Sink in laundry room with wash board in sink.
Our tour began in the back of the house, in the laundry room. The back half of the house was added by the Craigie family after the American Revolution, and the plumbing and electricity was added by the Longfellow family later in the 19th century.
Dining room in the Longfellow House.
The Longfellow House’s dining room. All of the furniture and decorations are as Henry Longfellow and his family had them. Nothing you see is a reproduction.
Study in the Longfellow House.
When George Washington resided here, this room was the chamber for his war council. Henry Longfellow’s use was much more peaceful- it was his study. The portrait of Henry Longfellow on the left was painted by his son, who was an accomplished artist. The books you see are among the 10,000 volumes that Henry owned, a collection which is now overseen by the National Park Service.
Exhibit of drawing by Frances Appleton, Henry's wife.
An exhibit of drawings by Frances Appleton, Henry Longfellow’s second wife. Despite his great success as a writer, Henry endured tragedy in his personal life. His first wife died while giving birth (not uncommon in those days) and his second wife, Frances, died in a horrific accident when her dress caught fire. The loss of his beloved Frances would drive away Longfellow’s inspiration as a writer. The remainder of his career would be spent as a translator.
Main staircase. A grandfather clock is on the landing, and several paintings are on the walls.
The main staircase. Note the bust of George Washington- it was purchased and installed there by Henry Longfellow. He wanted everyone who visited his home to know that Washington had stayed there.
Library of the Longfellow House. A desk is in the foreground, a piano is in the background, and numerous bookshelves line the walls.
The library. While it might seem very solemn, our tour guide told us that the Longfellow house was filled with activity. This room would be ornately decorated during the Christmas holidays, for instance. And the family’s cats enjoyed sitting on the piano and on the desk whenever the family was in the room. Visitors to the home described the house as full of running children, noise, laughter, and animals.
Books from the writer Dante, on a bookshelf.
Beyond his poetry, most Americans will have been exposed to Longfellow for his translations. If you read the Italian poet Dante Aligheri in school, chances are you read Longfellow’s translation. After the death of his wife, he invited a group of his friends to assist him in translating Dante’s work into English. The group called themselves “The Dante Club.” On a related note, a 2007 historical fiction murder mystery, The Dante Club by Matthew Pearl, imagines Longfellow and his friends as a group of reluctant detectives who find parallels between a series of murders in Cambridge and the works of Dante that they are translating. It’s a fun summer read, and will also help you appreciate the history of the time.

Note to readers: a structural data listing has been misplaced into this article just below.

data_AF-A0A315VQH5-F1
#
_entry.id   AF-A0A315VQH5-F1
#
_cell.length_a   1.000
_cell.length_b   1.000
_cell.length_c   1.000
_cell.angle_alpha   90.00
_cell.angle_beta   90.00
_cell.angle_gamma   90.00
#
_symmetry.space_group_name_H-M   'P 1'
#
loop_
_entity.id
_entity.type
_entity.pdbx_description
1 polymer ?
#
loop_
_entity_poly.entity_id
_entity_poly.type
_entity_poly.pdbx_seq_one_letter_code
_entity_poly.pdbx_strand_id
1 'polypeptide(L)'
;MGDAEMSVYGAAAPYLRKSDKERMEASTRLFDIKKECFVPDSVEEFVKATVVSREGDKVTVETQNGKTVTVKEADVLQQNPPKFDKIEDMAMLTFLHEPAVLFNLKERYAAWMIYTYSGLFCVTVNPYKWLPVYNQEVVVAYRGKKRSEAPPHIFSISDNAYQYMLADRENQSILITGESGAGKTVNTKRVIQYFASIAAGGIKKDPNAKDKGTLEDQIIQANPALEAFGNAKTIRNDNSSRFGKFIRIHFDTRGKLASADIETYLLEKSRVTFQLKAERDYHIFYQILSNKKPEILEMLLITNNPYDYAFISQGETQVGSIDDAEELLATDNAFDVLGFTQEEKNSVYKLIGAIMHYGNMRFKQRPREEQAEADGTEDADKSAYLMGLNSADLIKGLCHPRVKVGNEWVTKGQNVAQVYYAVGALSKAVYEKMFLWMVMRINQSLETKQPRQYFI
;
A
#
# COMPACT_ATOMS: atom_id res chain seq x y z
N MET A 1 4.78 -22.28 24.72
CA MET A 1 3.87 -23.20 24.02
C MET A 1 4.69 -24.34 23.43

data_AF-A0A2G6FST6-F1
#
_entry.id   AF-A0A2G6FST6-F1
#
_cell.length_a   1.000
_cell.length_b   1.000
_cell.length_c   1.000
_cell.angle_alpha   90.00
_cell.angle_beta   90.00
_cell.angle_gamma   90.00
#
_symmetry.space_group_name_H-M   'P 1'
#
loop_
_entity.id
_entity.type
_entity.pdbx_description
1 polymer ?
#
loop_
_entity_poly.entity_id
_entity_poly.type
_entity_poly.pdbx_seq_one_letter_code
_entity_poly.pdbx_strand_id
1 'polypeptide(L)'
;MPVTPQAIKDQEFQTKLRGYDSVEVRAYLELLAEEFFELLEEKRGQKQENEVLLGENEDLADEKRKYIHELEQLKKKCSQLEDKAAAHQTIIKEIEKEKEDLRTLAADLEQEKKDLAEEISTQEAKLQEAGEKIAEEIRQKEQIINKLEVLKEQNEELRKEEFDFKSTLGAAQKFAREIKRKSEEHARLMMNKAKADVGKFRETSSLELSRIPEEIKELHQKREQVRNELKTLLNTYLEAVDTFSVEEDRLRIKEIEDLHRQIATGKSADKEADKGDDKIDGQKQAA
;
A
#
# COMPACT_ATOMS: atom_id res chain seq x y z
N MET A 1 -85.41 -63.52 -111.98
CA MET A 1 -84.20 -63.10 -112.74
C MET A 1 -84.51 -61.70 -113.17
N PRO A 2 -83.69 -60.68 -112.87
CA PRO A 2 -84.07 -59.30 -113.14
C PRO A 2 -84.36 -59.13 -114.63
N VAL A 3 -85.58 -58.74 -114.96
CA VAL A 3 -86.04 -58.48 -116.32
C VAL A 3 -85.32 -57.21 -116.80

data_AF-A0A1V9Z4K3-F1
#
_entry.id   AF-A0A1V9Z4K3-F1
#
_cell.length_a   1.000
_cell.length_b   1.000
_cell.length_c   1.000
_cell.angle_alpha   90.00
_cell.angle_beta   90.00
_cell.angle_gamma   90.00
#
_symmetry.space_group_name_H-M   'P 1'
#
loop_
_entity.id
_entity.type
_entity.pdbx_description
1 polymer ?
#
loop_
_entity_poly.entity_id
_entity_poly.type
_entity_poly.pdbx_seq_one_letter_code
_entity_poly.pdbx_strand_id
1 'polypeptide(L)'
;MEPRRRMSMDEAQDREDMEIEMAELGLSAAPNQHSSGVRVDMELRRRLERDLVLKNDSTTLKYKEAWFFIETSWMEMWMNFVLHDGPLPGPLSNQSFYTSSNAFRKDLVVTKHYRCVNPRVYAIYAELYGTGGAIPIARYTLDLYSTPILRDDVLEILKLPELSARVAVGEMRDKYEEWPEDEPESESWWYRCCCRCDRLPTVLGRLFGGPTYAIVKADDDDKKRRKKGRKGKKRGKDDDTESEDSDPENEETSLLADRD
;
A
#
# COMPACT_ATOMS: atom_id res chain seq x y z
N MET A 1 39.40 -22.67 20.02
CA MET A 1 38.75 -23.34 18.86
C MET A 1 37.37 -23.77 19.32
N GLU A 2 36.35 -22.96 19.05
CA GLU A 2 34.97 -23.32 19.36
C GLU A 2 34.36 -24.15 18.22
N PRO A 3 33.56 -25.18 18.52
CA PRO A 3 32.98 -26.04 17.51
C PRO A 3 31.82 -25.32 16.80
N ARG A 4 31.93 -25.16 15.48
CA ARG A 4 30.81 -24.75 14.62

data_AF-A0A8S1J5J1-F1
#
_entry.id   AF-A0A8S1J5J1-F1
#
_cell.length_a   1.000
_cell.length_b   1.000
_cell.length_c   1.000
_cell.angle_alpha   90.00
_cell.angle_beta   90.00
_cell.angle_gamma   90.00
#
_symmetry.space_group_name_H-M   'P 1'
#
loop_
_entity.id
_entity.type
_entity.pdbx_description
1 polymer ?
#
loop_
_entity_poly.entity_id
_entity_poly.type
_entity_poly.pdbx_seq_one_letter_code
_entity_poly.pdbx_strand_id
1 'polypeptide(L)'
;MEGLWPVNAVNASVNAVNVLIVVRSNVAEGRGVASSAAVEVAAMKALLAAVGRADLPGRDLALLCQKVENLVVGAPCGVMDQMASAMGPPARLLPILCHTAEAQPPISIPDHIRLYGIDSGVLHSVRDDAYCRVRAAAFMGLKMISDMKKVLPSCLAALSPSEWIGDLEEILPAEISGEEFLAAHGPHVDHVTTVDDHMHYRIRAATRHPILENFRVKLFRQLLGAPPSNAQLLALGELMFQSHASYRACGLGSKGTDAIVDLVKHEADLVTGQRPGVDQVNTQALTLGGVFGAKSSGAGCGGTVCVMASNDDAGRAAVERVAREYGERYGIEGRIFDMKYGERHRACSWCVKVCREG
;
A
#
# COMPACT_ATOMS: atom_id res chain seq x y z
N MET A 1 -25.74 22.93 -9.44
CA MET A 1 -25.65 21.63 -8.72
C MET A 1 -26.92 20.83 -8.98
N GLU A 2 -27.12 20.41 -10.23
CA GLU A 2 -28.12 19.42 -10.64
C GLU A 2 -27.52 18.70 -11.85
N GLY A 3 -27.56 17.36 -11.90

Purple flower in the gardens behind the house.
Henry and his wife Frances established a garden behind the house. It exists to this day, and is carefully maintained by the National Park Service.
Exterior view of Lizzy's ice cream parlor. A white plastic cow lounges on the roof, holding an ice cream cone.
Before saying goodbye to my friends for their return to Philadelphia, we made one last stop. No trip to Cambridge is complete without a visit to Lizzy’s Ice Cream! I ordered a frappe (an extra thick milkshake), and my friends each got dishes of the homemade ice cream. On a beautiful day in Cambridge, you can’t go wrong by stopping by the lounging cow…

I had a wonderful time with my friends on a gorgeous summer day. The Longfellow House – Washington Headquarters is open every  year from late May through the end of October. During those months, you can visit from 9:30 am – 5:00 pm. Tours of the house run every hour on the hour. In addition, the park rangers offer 20-minute Express tours of the first floor of the home if you are pressed for time. If you are looking for a longer visit, the rangers will not only take you on a tour of the house, but important historical sites in Cambridge as well. Best of all, the Longfellow House is totally free! Thanks for coming along on another journey down the open road ahead!

‘Til next time.



5 thoughts on “A Day of Sunshine.

  1. Awesome stuff! I admit I got sidetracked googling around about the grocery store built over the freeway. Fascinated by that for some reason, haha. I know in Oklahoma somewhere there’s a McDonald’s over the freeway. Hope you’ve had a great weekend.

    Liked by 1 person